A federal appeals court ruled Monday the Biden administration cannot compel federal contractors not to follow its plans for a COVID-19 vaccination mandate.
The mandate was voted down by a three-judge panel of the U.S. Court of Appeals, 5th Circuit. Judges ruled that the government’s argument to impose the mandate would permit presidents to unilaterally impose healthcare decisions on one-fifth all Americans. We decline to do so.”
The U.S. government has contracts with thousands of businesses, and the courts have ruled that this issue could impact 20% of U.S. workers.
According to court records, Judge Kurt Engelhardt authored the majority opinion. He stated that the Biden administration would have “nearly unlimited authority” to insert requirements into federal contracts if they voted for the government.
Engelhardt offered a hypothetical scenario in his ruling. He stated that the president could order federal contractors employees to lower their body mass index (BMI) below a specific number, based on the theory of obesity being a major contributor to absenteism and unhealthiness.
In court filings, the Justice Department supported the mandate, arguing that Biden’s order was valid. Judge James Graves voted to confirm the mandate. He issued a long dissent stating that Biden’s order was valid under the Procurement Act.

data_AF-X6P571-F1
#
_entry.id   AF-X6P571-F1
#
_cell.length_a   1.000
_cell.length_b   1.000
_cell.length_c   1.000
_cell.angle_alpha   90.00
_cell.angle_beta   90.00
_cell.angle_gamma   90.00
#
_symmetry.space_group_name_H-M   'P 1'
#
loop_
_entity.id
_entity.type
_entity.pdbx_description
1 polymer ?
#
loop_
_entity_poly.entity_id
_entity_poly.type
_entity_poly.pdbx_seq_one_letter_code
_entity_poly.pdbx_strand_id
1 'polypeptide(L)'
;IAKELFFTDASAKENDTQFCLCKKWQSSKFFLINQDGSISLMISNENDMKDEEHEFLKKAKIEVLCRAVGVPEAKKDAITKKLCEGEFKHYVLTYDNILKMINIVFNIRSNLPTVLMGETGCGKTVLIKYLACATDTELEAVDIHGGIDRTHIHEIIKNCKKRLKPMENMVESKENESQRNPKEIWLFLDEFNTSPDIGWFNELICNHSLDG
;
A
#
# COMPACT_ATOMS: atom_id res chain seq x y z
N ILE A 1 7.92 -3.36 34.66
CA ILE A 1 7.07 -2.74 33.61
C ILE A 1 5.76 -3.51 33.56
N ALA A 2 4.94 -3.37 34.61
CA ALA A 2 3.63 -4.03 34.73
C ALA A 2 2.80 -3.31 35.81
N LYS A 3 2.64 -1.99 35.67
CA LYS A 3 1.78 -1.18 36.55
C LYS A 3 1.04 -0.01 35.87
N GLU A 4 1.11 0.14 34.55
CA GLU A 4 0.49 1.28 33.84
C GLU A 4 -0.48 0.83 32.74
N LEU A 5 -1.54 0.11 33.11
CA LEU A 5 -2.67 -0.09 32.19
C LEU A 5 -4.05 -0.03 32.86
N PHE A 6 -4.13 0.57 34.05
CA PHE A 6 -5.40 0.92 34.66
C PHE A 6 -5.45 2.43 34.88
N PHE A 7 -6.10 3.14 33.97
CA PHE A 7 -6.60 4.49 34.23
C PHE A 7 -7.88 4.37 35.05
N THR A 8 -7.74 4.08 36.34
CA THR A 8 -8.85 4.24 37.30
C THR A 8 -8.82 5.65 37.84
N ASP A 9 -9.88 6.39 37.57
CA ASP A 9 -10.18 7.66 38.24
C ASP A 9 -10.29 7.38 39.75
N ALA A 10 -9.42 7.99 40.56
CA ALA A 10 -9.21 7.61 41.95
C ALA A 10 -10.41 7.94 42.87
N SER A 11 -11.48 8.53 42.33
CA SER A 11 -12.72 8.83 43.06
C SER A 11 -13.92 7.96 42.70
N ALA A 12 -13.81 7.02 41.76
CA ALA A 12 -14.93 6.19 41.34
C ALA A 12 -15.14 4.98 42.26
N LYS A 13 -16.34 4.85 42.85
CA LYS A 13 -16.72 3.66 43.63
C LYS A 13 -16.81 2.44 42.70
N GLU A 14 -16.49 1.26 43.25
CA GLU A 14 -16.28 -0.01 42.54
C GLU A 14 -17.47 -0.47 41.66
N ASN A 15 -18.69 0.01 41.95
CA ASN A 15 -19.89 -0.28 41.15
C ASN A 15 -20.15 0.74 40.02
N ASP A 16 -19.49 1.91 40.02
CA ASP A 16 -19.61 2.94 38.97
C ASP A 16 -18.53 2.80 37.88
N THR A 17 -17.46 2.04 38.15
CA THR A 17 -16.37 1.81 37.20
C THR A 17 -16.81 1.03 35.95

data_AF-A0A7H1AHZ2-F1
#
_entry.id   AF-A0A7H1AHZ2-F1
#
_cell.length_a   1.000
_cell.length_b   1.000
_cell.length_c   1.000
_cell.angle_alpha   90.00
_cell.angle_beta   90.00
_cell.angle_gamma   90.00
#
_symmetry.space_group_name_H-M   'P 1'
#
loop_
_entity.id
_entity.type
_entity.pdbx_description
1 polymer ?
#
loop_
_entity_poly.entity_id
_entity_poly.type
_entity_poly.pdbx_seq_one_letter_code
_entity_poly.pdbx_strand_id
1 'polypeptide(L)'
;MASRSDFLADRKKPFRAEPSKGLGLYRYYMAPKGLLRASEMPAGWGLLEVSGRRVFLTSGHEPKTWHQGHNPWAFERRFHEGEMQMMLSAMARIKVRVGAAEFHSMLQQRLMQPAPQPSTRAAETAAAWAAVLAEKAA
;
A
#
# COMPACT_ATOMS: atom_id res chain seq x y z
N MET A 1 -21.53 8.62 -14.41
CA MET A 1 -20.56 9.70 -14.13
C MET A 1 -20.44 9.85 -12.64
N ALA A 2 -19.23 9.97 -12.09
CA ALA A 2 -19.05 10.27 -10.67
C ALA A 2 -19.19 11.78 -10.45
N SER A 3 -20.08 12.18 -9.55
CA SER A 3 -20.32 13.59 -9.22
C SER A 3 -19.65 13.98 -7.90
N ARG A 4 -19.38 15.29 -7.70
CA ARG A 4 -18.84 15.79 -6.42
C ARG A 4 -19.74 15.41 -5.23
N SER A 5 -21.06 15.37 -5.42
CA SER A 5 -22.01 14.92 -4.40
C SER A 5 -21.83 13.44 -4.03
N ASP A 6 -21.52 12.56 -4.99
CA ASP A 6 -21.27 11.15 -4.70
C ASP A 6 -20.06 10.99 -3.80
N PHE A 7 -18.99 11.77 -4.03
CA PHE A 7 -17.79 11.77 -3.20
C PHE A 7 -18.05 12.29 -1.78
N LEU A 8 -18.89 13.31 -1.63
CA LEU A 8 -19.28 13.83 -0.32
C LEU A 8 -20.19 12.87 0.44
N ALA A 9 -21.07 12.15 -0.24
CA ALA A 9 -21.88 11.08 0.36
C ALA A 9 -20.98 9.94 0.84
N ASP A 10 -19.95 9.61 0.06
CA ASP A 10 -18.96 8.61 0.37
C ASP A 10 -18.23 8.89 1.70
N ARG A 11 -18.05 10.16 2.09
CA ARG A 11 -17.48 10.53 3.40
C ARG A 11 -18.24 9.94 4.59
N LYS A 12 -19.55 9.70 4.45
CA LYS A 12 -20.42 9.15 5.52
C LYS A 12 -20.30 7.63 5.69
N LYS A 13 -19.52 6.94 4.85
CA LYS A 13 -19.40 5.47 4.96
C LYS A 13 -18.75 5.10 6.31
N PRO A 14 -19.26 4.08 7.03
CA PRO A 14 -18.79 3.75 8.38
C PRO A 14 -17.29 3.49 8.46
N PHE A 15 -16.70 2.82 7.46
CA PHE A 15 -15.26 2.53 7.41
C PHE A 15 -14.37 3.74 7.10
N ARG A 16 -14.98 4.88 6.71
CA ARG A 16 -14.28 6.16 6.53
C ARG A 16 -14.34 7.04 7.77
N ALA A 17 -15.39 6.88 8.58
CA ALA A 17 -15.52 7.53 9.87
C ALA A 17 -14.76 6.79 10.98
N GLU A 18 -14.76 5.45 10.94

Graves stated that if actions are taken in the main stream of American businesses, it points to the approval of the executive order. “Economic considerations would stop the president from handcuffing the contractor workforce with severe contractual terms.”
This case was brought to the Biden administration’s attention by a challenge from Louisiana, Indiana and Mississippi. A district court issued guidance last year and issued a nationwide blocking order in December 2021.
The August 11th Circuit Court of Appeals ruling limited the order of the lower court to the parties who challenged the mandate.
In October, the Office of Management and Budget advised agencies not to enforce their contractor mandate. They stated that active court orders limit enforcement in certain locations and for some entities.
The Washington Examiner reached out to the White House in an attempt to get a response.